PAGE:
The Geometry of SET | Infinite Series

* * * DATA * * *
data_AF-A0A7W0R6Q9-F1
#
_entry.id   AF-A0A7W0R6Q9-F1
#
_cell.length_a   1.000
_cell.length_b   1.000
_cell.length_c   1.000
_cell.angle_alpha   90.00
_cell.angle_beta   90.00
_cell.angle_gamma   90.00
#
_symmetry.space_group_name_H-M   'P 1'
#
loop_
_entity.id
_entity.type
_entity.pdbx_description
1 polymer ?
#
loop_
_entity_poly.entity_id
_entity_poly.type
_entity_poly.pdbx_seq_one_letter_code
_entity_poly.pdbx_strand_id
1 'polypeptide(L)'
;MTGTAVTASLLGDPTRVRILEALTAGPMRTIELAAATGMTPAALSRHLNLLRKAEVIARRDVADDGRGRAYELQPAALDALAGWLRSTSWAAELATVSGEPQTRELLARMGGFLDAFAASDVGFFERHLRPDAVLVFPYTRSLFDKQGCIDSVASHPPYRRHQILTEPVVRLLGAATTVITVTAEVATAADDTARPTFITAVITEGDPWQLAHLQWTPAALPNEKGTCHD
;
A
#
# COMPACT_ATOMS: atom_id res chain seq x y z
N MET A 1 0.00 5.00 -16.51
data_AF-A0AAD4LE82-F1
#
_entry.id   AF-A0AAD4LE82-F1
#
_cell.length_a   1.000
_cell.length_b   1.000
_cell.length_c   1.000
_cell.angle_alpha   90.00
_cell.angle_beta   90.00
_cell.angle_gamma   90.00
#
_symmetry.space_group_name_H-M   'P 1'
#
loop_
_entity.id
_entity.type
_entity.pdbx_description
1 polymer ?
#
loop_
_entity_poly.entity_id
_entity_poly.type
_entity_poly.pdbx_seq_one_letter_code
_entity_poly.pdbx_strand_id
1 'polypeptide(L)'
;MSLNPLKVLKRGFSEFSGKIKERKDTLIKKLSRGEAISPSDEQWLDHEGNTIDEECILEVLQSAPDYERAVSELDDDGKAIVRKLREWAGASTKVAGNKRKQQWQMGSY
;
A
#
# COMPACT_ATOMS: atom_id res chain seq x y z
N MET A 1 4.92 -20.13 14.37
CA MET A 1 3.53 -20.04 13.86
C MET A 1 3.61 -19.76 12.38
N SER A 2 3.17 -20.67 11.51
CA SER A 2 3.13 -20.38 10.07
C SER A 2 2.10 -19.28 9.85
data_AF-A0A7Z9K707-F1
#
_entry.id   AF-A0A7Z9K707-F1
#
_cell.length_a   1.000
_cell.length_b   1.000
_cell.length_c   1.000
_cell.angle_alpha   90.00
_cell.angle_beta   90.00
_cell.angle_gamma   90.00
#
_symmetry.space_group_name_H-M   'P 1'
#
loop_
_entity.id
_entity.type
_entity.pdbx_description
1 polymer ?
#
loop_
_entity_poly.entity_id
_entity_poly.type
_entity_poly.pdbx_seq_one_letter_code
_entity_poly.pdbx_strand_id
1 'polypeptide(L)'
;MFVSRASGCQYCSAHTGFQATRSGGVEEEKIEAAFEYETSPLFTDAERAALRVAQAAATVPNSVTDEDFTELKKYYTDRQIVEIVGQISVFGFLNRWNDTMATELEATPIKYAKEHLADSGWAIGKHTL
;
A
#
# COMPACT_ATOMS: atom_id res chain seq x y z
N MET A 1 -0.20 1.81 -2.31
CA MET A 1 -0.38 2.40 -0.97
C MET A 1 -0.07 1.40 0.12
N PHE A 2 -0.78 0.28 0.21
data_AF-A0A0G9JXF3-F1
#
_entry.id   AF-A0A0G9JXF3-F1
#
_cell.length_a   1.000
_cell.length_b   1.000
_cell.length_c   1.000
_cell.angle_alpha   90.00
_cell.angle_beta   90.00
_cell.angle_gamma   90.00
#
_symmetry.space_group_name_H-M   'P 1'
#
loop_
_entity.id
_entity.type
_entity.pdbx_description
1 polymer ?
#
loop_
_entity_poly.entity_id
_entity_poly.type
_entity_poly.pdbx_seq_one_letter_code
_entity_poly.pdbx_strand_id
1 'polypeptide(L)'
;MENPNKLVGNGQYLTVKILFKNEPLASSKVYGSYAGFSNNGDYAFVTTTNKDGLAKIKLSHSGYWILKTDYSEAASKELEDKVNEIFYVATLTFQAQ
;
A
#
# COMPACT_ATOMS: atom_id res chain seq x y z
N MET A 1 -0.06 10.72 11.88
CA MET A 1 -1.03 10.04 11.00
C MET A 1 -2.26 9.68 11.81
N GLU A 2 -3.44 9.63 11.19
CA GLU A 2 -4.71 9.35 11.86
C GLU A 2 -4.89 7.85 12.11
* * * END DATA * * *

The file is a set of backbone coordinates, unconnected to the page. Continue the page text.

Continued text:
Viewers like you help make PBS (Thank you ????) . Support your local PBS Member Station here: <a href="https://to.pbs.org/donateinfi" title="https://to.pbs.org/donateinfi" target='_blank'>https://to.pbs.org/donateinfi</a><br /> <br /> In the card game SET, what is the maximum number of cards you can deal that might not contain a SET?<br /> <br /> Tweet at us! @pbsinfinite<br /> Facebook: facebook.com/pbsinfinite series<br /> Email us! pbsinfiniteseries [at] gmail [dot] com<br /> <br /> Resources<br /> <br /> Official SET game instructions<br /> <a href="https://www.setgame.com/sites/default/files/instructions/SET%20INSTRUCTIONS%20-%20ENGLISH.pdf" title="https://www.setgame.com/sites/default/files/instructions/SET%20INSTRUCTIONS%20-%20ENGLISH.pdf" target='_blank'>https://www.setgame.com/sites/default/files/instructions/SET%20INSTRUCTIONS%20-%20ENGLISH.pdf</a><br /> <br /> Simple SET Game Proof Stuns Mathematicians (Quanta Magazine)<br /> <a href="https://www.quantamagazine.org/set-proof-stuns-mathematicians-20160531/" title="https://www.quantamagazine.org/set-proof-stuns-mathematicians-20160531/" target='_blank'>https://www.quantamagazine.org/set-proof-stuns-mathematicians-20160531/</a><br /> <br /> The Problem with SET (NYTimes Puzzle)<br /> <a href="https://www.nytimes.com/2016/08/22/crosswords/the-problem-with-set.html" title="https://www.nytimes.com/2016/08/22/crosswords/the-problem-with-set.html" target='_blank'>https://www.nytimes.com/2016/08/22/crosswords/the-problem-with-set.html</a><br /> <br /> Open Question: Best Bounds for Cap Sets (blog post by Terry Tao)<br /> <a href="https://terrytao.wordpress.com/2007/02/23/open-question-best-bounds-for-cap-sets/" title="https://terrytao.wordpress.com/2007/02/23/open-question-best-bounds-for-cap-sets/" target='_blank'>https://terrytao.wordpress.com/2007/02/23/open-question-best-bounds-for-cap-sets/</a><br /> <br /> SET and Group Theory by Pavel Etingof (see p. 13ff)<br /> <a href="http://www-math.mit.edu/~etingof/groups.pdf" title="http://www-math.mit.edu/~etingof/groups.pdf" target='_blank'>http://www-math.mit.edu/~etingof/groups.pdf</a><br /> <br /> This episodes challenge question is: Among the 9 cards shown in this episode what is the maximum number of them that may not contain a SET? Can you rephrase this question in an equivalent yet geometric way and then answer it using the hint - SETs correspond to lines in the Z/3Z grid?<br /> <br /> Email your answers to pbsinfiniteseries@gmail.com with the subject line "SET Challenge" along with your proof. A random winner will be selected among the submissions to win a PBS Digital t-shirt.<br /> <br /> (Spoiler Alert!) Here's the solution to the SET challenge problem: <a href="https://bit.ly/2Ggpw1d" title="https://bit.ly/2Ggpw1d" target='_blank'>https://bit.ly/2Ggpw1d</a><br /> <br /> Previous Episode:<br /> What was Fermat’s “Marvelous" Proof?<br /> <a href="https://www.youtube.com/watch?v=SsVl7_R2MvI" title="https://www.youtube.com/watch?v=SsVl7_R2MvI" target='_blank'>https://www.youtube.com/watch?v=SsVl7_R2MvI</a><br /> <br /> Let's talk about the card game SET. To play, you start with a deck of cards, each of which has a certain number of shapes in different colors and shadings. You deal out 12 cards and start looking for a SET---a collection of 3 cards that have either all the same or all different patterns. Now, once you deal those 12 cards, it’s possible that there might not be a SET among them. When that happens, you just deal out 3 more cards. And… in some cases, there still might not be a SET. So… you can add 3 more cards. And this begs the question: What is the maximum number of cards you can deal that might not contain a SET? <br /> <br /> Written and Hosted by Tai-Danae Bradley<br /> Produced by Rusty Ward<br /> Graphics by Ray Lux<br /> Assistant Editing and Sound Design by Mike Petrow and Linda Huang <br /> Made by Kornhaber Brown (www.kornhaberbrown.com)<br /> <br /> Special thanks to Roman Pinchuk for supporting us on our Converse level on Patreon. <br /> <br /> Along with thanks to Matthew O'Connor, Yana Chernobilsky, and John Hoffman who are supporting us on Patreon at the Identity level!<br /> <br /> And thanks to Mauricio Pacheco and Andrew Poelstra who are supporting us at the Lemma level!